This species is distributed in the southwestern Western Cape Province in South Africa, along the Cape Peninsula. Based on genetics, the currently known easternmost limit is at Kenilworth Racecoarse and Rondevlei (Channing et al. 2013). It is a low altitude species, its EOO is 317 km2 and its AOO is estimated to be 55 km2.
Habitat and Ecology
It is a species of fynbos heath land, and in the dry season individuals have been found aestivating under stones or logs and among the roots of dead reed-like plants in dried up watercourses. It typically breeds in seasonally inundated fynbos.
It is locally abundant where it occurs in aquatic habitats throughout the Cape peninsula, but is absent from artificial habitats, including impoundements and garden ponds, which make up most of the freshwater sites within its extent of occurrence (J. Measey pers. comm. March 2016). All of the sites from which it is known have a protected status.
The Cape peninsula is under huge pressure from urban development, the draining of wetlands and invasive alien plants. This species is found primarily within protected areas where all of these threats are actively managed.
It occurs in several protected areas in the Cape Floral Region.
Studies on its population size, distribution and trends, life history and ecology, and threats are needed.
Red List Status
Near Threatened (NT)
Its area of occupancy (AOO) and extent of occurrence (EOO) are 55 km2 and 317 km2 respectively, meeting the threshold for the Endangered category, and there is ongoing decline in the quality and extent of its habitat outside protected areas. However, it is an abundant species with a presumed large population and occurs primarily within areas where threats are actively managed. The species does not therefore meet all the required criteria to be listed as Endangered and it has, therefore, been listed as Near Threatened.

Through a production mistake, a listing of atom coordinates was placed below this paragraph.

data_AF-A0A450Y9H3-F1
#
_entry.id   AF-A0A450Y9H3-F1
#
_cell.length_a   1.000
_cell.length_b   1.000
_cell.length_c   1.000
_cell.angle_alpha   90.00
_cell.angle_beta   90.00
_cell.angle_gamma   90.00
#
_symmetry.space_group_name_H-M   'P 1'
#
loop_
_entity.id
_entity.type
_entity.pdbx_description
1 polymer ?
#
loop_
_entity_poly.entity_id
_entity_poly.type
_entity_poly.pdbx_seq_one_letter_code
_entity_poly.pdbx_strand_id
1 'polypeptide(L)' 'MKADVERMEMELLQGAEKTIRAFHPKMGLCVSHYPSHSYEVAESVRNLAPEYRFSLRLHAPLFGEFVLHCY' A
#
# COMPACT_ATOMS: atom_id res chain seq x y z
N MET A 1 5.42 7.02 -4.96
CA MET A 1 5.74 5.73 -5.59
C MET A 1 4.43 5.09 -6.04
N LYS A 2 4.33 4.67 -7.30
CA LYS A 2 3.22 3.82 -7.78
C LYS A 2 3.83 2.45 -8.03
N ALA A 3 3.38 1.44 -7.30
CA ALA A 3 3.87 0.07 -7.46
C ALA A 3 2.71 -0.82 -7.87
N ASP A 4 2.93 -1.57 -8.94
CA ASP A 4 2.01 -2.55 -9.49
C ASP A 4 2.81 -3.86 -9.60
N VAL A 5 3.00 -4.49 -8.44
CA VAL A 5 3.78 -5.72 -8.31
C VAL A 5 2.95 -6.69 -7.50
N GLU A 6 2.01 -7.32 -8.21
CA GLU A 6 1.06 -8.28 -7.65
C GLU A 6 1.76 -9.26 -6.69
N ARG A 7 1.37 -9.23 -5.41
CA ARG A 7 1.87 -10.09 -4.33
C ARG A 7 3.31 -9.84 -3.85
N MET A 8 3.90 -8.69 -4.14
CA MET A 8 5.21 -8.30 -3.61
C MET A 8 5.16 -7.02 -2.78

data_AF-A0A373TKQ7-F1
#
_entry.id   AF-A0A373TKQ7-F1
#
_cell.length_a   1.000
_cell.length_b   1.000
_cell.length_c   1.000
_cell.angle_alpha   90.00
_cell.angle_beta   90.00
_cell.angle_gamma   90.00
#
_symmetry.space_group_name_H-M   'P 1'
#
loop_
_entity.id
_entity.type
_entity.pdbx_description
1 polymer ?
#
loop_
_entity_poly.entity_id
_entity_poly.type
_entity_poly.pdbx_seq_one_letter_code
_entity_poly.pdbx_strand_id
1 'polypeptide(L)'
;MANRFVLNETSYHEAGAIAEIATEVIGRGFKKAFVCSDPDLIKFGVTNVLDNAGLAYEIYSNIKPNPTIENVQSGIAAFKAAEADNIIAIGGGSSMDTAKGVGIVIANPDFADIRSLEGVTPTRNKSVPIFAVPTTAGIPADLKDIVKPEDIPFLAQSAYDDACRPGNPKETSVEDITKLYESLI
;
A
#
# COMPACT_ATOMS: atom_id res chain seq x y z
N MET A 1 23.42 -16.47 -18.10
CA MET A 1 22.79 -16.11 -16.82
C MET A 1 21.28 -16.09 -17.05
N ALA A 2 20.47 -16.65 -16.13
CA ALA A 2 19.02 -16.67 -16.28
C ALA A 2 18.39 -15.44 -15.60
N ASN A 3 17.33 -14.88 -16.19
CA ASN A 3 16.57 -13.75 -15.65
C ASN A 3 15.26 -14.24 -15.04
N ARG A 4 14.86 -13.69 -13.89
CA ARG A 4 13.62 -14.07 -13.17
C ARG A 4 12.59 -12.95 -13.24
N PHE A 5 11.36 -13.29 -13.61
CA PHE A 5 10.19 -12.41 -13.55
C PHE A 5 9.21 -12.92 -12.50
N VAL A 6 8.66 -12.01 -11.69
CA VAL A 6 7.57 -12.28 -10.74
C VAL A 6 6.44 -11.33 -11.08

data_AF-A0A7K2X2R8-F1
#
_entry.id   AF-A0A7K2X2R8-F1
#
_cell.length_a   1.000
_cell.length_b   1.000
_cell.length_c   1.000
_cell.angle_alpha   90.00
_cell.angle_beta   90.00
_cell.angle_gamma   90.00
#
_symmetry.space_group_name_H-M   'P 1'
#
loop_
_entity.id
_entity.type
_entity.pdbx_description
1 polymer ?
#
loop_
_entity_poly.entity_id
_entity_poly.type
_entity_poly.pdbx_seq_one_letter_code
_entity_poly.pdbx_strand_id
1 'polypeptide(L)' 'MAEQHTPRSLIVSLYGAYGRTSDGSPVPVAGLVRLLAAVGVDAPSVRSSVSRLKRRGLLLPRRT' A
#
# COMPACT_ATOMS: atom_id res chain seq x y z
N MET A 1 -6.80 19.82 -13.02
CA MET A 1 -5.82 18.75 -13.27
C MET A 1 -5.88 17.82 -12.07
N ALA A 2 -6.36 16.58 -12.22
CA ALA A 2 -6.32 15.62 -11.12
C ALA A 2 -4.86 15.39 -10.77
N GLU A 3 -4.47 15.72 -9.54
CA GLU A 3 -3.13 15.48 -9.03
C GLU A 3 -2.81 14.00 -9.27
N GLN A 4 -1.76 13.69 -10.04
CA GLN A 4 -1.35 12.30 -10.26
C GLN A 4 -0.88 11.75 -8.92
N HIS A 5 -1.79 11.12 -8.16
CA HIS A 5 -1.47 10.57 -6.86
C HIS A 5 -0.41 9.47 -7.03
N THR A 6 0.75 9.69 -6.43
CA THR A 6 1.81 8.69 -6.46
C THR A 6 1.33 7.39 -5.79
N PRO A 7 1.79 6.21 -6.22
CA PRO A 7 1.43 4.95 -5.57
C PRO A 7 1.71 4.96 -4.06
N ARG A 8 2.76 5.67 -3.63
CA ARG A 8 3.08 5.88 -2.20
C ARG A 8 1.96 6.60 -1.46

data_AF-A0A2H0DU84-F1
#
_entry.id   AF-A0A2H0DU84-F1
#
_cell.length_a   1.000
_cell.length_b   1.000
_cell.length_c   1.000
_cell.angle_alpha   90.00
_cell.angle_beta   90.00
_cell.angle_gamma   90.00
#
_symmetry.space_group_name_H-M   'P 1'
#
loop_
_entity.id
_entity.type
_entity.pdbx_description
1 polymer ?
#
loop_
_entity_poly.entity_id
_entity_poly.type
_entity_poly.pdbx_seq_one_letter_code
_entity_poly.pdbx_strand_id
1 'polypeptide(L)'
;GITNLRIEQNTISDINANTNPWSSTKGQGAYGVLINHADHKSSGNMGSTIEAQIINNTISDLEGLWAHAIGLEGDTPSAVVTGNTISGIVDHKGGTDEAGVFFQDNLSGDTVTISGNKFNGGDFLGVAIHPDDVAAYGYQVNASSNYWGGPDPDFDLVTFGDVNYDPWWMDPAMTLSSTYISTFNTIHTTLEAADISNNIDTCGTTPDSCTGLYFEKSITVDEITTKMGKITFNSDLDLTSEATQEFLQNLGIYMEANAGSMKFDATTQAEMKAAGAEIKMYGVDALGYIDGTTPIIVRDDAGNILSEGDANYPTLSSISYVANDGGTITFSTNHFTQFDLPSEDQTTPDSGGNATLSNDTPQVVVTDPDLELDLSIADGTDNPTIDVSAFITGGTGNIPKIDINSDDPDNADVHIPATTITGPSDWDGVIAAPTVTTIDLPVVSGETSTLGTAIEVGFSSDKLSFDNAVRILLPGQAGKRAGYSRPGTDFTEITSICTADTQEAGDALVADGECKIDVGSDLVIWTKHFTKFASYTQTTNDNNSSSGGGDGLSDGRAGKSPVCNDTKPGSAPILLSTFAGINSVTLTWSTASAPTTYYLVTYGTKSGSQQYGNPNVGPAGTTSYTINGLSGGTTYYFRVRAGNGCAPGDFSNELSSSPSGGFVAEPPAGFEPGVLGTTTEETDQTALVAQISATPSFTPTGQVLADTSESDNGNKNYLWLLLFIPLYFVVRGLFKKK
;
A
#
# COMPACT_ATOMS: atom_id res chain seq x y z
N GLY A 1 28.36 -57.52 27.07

This species was removed from the synonymy of Cacosternum boettgeri by Channing (2001), where it had been placed by Poynton (1964). Channing et al. (2013) described four new species in Cacosternum genus and revised the distribution of known Cacosternum species, so the range of C. platys has been restricted (southern Cape Peninsula populations are now referred to as C. australis, sister species of C. platys).
IUCN SSC Amphibian Specialist Group, South African Frog Re-assessment Group (SA-FRoG) 2017. Cacosternum platys. The IUCN Red List of Threatened Species 2017: e.T58072A100022964. http://dx.doi.org/10.2305/IUCN.UK.2017-2.RLTS.T58072A100022964.en .Downloaded on 11 December 2018